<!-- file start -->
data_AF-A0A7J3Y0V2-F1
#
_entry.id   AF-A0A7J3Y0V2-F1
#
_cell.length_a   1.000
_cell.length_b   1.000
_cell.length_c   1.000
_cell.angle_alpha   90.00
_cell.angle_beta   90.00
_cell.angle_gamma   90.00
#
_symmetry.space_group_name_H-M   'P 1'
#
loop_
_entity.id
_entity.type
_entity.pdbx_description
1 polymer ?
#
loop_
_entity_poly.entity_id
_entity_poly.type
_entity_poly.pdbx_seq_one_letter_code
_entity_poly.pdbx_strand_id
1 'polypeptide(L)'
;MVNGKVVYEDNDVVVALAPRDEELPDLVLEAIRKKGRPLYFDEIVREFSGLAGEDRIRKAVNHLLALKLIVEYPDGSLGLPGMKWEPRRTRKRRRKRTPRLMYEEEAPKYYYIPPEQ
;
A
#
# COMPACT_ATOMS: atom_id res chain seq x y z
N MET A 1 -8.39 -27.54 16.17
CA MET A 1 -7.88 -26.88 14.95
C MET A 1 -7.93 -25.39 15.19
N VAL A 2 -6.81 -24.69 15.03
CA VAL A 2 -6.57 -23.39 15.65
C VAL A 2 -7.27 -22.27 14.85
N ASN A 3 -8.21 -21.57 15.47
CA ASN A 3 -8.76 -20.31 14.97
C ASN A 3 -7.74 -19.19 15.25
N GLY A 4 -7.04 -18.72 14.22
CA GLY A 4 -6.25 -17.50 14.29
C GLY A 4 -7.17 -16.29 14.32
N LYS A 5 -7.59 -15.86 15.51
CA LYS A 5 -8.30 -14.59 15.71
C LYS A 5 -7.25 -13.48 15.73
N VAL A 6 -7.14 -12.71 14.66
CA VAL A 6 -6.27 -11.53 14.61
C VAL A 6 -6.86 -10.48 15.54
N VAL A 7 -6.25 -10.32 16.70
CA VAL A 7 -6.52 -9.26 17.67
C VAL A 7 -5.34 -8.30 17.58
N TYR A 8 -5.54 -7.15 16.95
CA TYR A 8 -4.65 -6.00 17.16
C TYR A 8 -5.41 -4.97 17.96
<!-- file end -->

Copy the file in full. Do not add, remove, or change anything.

data_AF-A0A7J3Y0V2-F1
#
_entry.id   AF-A0A7J3Y0V2-F1
#
_cell.length_a   1.000
_cell.length_b   1.000
_cell.length_c   1.000
_cell.angle_alpha   90.00
_cell.angle_beta   90.00
_cell.angle_gamma   90.00
#
_symmetry.space_group_name_H-M   'P 1'
#
loop_
_entity.id
_entity.type
_entity.pdbx_description
1 polymer ?
#
loop_
_entity_poly.entity_id
_entity_poly.type
_entity_poly.pdbx_seq_one_letter_code
_entity_poly.pdbx_strand_id
1 'polypeptide(L)'
;MVNGKVVYEDNDVVVALAPRDEELPDLVLEAIRKKGRPLYFDEIVREFSGLAGEDRIRKAVNHLLALKLIVEYPDGSLGLPGMKWEPRRTRKRRRKRTPRLMYEEEAPKYYYIPPEQ
;
A
#
# COMPACT_ATOMS: atom_id res chain seq x y z
N MET A 1 -8.39 -27.54 16.17
CA MET A 1 -7.88 -26.88 14.95
C MET A 1 -7.93 -25.39 15.19
N VAL A 2 -6.81 -24.69 15.03
CA VAL A 2 -6.57 -23.39 15.65
C VAL A 2 -7.27 -22.27 14.85
N ASN A 3 -8.21 -21.57 15.47
CA ASN A 3 -8.76 -20.31 14.97
C ASN A 3 -7.74 -19.19 15.25
N GLY A 4 -7.04 -18.72 14.22
CA GLY A 4 -6.25 -17.50 14.29
C GLY A 4 -7.17 -16.29 14.32
N LYS A 5 -7.59 -15.86 15.51
CA LYS A 5 -8.30 -14.59 15.71
C LYS A 5 -7.25 -13.48 15.73
N VAL A 6 -7.14 -12.71 14.66
CA VAL A 6 -6.27 -11.53 14.61
C VAL A 6 -6.86 -10.48 15.54
N VAL A 7 -6.25 -10.32 16.70
CA VAL A 7 -6.52 -9.26 17.67
C VAL A 7 -5.34 -8.30 17.58
N TYR A 8 -5.54 -7.15 16.95
CA TYR A 8 -4.65 -6.00 17.16
C TYR A 8 -5.41 -4.97 17.96